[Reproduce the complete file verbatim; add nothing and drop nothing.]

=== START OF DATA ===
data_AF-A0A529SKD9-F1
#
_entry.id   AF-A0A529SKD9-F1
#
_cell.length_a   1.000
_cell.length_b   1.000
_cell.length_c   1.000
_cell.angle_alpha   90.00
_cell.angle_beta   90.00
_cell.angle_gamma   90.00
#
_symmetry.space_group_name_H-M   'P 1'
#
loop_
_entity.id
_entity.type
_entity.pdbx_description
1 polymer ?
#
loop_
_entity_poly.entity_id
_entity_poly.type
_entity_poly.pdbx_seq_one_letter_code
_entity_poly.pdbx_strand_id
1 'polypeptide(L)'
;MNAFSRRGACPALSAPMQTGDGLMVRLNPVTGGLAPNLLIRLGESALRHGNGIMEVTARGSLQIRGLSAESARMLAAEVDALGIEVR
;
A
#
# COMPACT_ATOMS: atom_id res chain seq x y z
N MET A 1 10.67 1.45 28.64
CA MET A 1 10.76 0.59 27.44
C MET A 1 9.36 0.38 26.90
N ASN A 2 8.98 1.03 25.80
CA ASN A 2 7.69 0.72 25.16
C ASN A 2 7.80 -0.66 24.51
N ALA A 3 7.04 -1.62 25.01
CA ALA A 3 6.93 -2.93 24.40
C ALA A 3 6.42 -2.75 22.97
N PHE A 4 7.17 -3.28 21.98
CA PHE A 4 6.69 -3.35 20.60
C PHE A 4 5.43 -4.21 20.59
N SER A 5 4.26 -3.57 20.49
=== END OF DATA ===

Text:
data_AF-A0A529SKD9-F1
#
_entry.id   AF-A0A529SKD9-F1
#
_cell.length_a   1.000
_cell.length_b   1.000
_cell.length_c   1.000
_cell.angle_alpha   90.00
_cell.angle_beta   90.00
_cell.angle_gamma   90.00
#
_symmetry.space_group_name_H-M   'P 1'
#
loop_
_entity.id
_entity.type
_entity.pdbx_description
1 polymer ?
#
loop_
_entity_poly.entity_id
_entity_poly.type
_entity_poly.pdbx_seq_one_letter_code
_entity_poly.pdbx_strand_id
1 'polypeptide(L)'
;MNAFSRRGACPALSAPMQTGDGLMVRLNPVTGGLAPNLLIRLGESALRHGNGIMEVTARGSLQIRGLSAESARMLAAEVDALGIEVR
;
A
#
# COMPACT_ATOMS: atom_id res chain seq x y z
N MET A 1 10.67 1.45 28.64
CA MET A 1 10.76 0.59 27.44
C MET A 1 9.36 0.38 26.90
N ASN A 2 8.98 1.03 25.80
CA ASN A 2 7.69 0.72 25.16
C ASN A 2 7.80 -0.66 24.51
N ALA A 3 7.04 -1.62 25.01
CA ALA A 3 6.93 -2.93 24.40
C ALA A 3 6.42 -2.75 22.97
N PHE A 4 7.17 -3.28 21.98
CA PHE A 4 6.69 -3.35 20.60
C PHE A 4 5.43 -4.21 20.59
N SER A 5 4.26 -3.57 20.49